But that is hard to parse, since VoLTE in one genuine sense only represents the ability to sell mobile voice service over a fourth generation network, with native support by the 4G network. For the most part, VoLTE therefore only represents voice revenue that already had been provided using 2G or 3G platforms.
In other words, net revenue might not be much more than "zero."
“Direct revenues from VoLTE will be limited at first,” argue analysts at Juniper Research. Mobile operators initially will focus on experience and quality of service, rather than monetization.
You might say the same is true for Wi-Fi calling (VoWi-Fi). “Operators are launching the service to add value for the customers with little investment, where VoLTE is focused on operator network efficiency,” Juniper Research said.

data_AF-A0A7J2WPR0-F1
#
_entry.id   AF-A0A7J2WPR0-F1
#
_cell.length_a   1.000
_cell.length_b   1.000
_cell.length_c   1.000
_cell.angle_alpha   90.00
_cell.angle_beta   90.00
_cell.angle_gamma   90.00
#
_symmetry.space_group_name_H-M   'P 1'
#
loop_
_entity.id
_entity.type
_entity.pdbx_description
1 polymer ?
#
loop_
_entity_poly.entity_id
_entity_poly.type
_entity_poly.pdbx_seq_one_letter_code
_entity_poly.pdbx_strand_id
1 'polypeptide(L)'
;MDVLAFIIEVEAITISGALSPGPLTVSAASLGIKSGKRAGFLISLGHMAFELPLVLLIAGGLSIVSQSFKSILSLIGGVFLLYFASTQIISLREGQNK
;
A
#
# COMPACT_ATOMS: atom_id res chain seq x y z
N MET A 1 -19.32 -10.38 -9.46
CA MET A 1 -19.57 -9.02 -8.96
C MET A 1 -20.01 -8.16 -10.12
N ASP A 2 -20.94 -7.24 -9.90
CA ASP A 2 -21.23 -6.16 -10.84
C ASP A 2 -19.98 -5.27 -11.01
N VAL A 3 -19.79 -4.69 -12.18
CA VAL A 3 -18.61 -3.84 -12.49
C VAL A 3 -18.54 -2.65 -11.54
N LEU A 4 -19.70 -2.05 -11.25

Whether high definition voice provides a better revenue opportunity might also be questionable. The problem is that HD voice might wind up being mostly a way to compete with over the top voice apps.
If so, then is is unlikely a premium of any sort can be charged for the HD quality.
Facebook Messenger, for example, recently launched free high definition VoIP calling over mobile and Wi-Fi networks. It is tough to compete with “free,” so carrier HD voice is unlikely to represent a chance to hike prices.
In most cases, VoLTE, VoWi-Fi and HD voice are likely to be features, rather than revenue drivers.